These woods are lovely dark and deep,
But I have played all day and now it’s time to sleep.
I pray thee Lord my soul to keep,
As angels watch me through the night,
And keep me safe till morning light.
When it’s time to play again.
Archimedes said, ‘Give me a place to stand and I can move the earth.’ – I say, ‘Give me a chair, let me sit, and go to a place where time and the earth stands still.’
I love to travel, but hate to fly.
Traveling puts me on a plane, where if I am lucky, I get an aisle seat in an emergency row, but, if not, I am sandwiched in a middle seat between two large passengers who either talk too much or snore. “Peanuts or cookies?” the stewardess asks. An upgrade to First Class where the champagne flows, I want to reply.
Born free, and yet everywhere on this plane one is shackled by the reminder to keep seat belts attached at all times. What would Rousseau think?
If one believes in the philosophy of yin and yang, then the unpleasant experience of flying on a Boeing 777 is complementary, interconnected, and interdependent with the experience of traveling to the natural world. One necessarily gives rise to the other.
In this natural setting far away from the familiar world, I find a seat, confining as the one left behind, but a seat that takes me where I want to go, to a place where I move and time and the earth stands still.
Alas, it is a universal truth that good and evil co-exist, but the natural world, though pushed aside and often forgotten in a rush to get ahead, has its place and waits for us to come.
It was Saturday morning and the first day of spring. The weather was cloudy and cool.Because I thought it might rain, I was wearing a short light grey trench coat, the kind Audrey Hepburn wore in Charade. But maybe, I was just trying to be incognito.
Five minutes before, I had just arrived after an 8-hour, sleepless flight from Heathrow to Dulles. The Metro was due to arrive in two minutes. Then my baby called, saying she had missed her connection in Atlanta. Next flight noon.
There it was, a Stressless recliner in the middle of the plaza.
That is strange, but stranger still is the fact that it was empty. No one, not a soul, seemed to see it. And baby, it was calling my name.
I felt relieved as I sat down. I stretched out my arms and back, and felt the chair magically adjust. I closed my eyes and began to sing, “Ain’t got time to take a fast train…”
And soon I was asleep.
Gimme a ticket for an aeroplane
Ain’t got time to take a fast train
Lonely days are gone, I’m a-goin’ home
Wayne Carson wrote and composed “The Letter” after his father suggested an opening line, “Give me a ticket for an aeroplane.” The track was recorded in Memphis with a local five-man group in a session produced by Dan Penn. The band members were Alex Chilton on vocals, Danny Smythe on drums, Russ Caccamisi on bass, John Evans on keyboards, and Richard Malone on guitar. The session took over 30 takes to get it right, with Penn suggesting to Chilton he pronounce the title “aer-o-plane”. After the session, Penn added the sound of an airplane take-off.
The song took off and reached #1 position for a total of four weeks, Billboard ranked the record as the No. 2 song for 1967.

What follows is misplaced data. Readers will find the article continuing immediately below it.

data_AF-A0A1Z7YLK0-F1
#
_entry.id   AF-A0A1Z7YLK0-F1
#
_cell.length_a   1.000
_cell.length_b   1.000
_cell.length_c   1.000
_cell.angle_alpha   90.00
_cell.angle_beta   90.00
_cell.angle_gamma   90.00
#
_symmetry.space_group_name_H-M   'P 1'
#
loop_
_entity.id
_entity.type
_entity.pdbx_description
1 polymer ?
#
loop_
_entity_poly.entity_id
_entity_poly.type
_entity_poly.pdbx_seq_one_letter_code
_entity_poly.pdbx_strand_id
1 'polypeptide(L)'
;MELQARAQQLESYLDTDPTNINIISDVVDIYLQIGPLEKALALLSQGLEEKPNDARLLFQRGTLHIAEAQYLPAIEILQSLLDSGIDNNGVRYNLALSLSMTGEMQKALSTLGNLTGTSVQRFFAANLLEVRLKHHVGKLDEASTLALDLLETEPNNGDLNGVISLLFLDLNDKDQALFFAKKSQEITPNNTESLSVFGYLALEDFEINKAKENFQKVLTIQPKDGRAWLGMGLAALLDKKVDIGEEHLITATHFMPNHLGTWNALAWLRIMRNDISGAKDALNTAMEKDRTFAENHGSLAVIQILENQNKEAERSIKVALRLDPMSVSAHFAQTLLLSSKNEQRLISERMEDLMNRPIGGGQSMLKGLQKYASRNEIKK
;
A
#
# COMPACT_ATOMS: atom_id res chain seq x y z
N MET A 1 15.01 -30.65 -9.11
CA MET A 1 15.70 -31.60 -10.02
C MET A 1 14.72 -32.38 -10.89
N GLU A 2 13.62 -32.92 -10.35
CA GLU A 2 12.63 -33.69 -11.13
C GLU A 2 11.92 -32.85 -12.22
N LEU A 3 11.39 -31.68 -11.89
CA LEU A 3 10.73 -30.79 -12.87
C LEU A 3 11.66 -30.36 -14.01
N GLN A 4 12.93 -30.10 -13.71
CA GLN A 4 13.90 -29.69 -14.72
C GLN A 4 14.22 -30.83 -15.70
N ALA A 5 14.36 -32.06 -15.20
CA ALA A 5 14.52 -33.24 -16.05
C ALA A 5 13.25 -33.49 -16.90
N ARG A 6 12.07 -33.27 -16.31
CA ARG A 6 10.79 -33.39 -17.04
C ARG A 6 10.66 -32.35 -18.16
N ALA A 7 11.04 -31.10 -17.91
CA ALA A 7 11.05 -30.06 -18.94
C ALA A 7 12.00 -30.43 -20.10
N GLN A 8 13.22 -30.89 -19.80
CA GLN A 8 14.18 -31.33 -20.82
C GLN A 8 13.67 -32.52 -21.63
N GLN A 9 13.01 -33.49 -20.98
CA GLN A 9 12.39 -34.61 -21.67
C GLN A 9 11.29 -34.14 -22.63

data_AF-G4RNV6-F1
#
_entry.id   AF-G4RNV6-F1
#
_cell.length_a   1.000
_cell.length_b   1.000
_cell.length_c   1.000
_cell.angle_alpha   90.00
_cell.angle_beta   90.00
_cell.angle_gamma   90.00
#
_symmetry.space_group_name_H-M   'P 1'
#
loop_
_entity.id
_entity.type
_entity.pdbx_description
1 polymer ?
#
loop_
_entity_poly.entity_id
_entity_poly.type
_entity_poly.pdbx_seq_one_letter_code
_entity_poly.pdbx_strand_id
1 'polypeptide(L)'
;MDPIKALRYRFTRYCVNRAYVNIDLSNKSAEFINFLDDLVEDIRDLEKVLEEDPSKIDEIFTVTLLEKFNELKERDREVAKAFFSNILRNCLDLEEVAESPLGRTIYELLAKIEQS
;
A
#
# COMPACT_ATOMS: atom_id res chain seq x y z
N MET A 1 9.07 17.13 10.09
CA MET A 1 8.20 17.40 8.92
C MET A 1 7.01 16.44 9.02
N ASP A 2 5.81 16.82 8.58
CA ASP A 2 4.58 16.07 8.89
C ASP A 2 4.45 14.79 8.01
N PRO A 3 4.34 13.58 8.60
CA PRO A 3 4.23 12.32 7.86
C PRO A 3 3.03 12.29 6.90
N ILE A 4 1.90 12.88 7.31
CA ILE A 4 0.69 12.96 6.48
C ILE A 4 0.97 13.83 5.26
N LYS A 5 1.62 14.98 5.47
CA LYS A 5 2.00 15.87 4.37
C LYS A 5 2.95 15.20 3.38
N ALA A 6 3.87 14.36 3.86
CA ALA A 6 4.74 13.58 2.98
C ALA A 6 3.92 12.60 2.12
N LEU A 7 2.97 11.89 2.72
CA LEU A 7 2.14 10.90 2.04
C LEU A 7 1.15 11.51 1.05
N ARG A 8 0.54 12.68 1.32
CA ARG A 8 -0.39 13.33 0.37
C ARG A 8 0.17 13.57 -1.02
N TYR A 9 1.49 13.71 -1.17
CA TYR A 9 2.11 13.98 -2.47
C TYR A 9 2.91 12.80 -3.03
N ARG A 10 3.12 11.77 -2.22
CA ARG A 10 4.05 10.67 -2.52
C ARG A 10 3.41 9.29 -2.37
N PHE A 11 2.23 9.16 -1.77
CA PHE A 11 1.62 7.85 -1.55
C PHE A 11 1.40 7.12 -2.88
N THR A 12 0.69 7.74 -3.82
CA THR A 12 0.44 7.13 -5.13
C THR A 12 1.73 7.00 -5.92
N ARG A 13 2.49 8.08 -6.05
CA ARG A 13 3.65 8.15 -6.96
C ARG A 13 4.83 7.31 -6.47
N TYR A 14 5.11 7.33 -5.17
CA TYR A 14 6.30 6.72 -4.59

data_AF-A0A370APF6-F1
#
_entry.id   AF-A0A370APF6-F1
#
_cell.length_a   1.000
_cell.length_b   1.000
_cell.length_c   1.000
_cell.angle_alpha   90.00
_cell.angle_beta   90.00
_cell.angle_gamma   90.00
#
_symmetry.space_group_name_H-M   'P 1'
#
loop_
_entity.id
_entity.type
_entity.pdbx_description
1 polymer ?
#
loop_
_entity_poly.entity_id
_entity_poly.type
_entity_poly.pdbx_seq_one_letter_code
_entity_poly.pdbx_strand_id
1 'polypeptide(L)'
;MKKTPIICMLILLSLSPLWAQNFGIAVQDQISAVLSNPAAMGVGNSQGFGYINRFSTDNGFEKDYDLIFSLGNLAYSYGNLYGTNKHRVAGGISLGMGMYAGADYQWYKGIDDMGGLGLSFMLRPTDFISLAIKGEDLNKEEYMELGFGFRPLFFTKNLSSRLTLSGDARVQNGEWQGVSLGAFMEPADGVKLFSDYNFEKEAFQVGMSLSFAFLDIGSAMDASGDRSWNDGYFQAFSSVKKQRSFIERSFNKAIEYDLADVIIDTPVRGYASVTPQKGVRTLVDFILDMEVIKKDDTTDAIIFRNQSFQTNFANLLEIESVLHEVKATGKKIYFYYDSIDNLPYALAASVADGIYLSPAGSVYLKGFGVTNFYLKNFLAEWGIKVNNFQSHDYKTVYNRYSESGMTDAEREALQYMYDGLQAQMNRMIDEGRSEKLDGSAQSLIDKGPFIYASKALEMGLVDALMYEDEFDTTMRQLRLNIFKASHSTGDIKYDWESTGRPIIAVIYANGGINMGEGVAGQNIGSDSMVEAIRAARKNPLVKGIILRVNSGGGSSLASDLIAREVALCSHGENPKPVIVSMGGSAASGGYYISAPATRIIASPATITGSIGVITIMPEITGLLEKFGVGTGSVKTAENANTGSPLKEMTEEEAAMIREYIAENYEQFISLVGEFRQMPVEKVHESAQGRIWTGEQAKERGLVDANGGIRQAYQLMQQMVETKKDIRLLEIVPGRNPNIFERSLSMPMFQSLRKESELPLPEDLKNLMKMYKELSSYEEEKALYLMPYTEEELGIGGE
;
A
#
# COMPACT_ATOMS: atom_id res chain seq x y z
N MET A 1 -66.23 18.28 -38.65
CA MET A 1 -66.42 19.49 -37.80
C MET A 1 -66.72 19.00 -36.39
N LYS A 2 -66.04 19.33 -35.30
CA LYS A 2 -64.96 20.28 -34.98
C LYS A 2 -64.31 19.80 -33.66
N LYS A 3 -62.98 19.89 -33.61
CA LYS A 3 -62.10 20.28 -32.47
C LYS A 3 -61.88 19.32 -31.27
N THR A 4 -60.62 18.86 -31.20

Why do they not teach you that time is a finger snap and an eye blink, and that you should not allow a moment to pass you by without taking joyous, ecstatic note of it, not wasting a single moment of its swift, breakneck circuit?
My Losing Season by Pat Conroy
I have concluded that life’s best teacher is losing.
In winning, we celebrate, but in losing we learn the hard lessons of life and so become better. Perhaps in that sense, we should celebrate the losses and strive to take on more and more challenges in the hope that we will lose and by losing become our very best.
Life is full of contradictions, isn’t it?
I am always reluctant to read books that do not have a happy ending in the strange and bizarre belief that we become what we read. I make an exception with Pat Conroy whose books often deal with dysfunctional family relationships.
If you are not a Pat Conroy fan, become one.
My Losing Season is Conroy’s story of the losing basketball season in his last year as a cadet at The Citadel in Charleston, South Carolina. He is an unshakeable though small and modestly talented point guard for his team. His father is a hard-core marine colonel. His capricious coach heaps withering scorn on his players.
Somewhere in all the pain and humiliation, Conroy is able to find resolution, strength, love and healing.
Don’t hurry this book. It is meant to be read leisurely. Read a bit then get up and go for a walk. Healing takes time and learning to love those who have been a little tough on us takes a lifetime.
It only takes a moment to enjoy to relax in a Stressless recliner.
Out for a walk on a winter’s day, I come upon a fence. The fence is made of wood and falling down here and there, so I know that no one cares to make repairs and keep me out. A thought by Robert Frost comes to mind that good fences make good neighbors. Hmm-m, I pause, I stop and watch the fence and yet it does not move. It does not keep the rabbit out nor the yelping dogs, and surely not the deer. They who run and jump love a strong and sturdy fence that says to those who carry guns, keep out.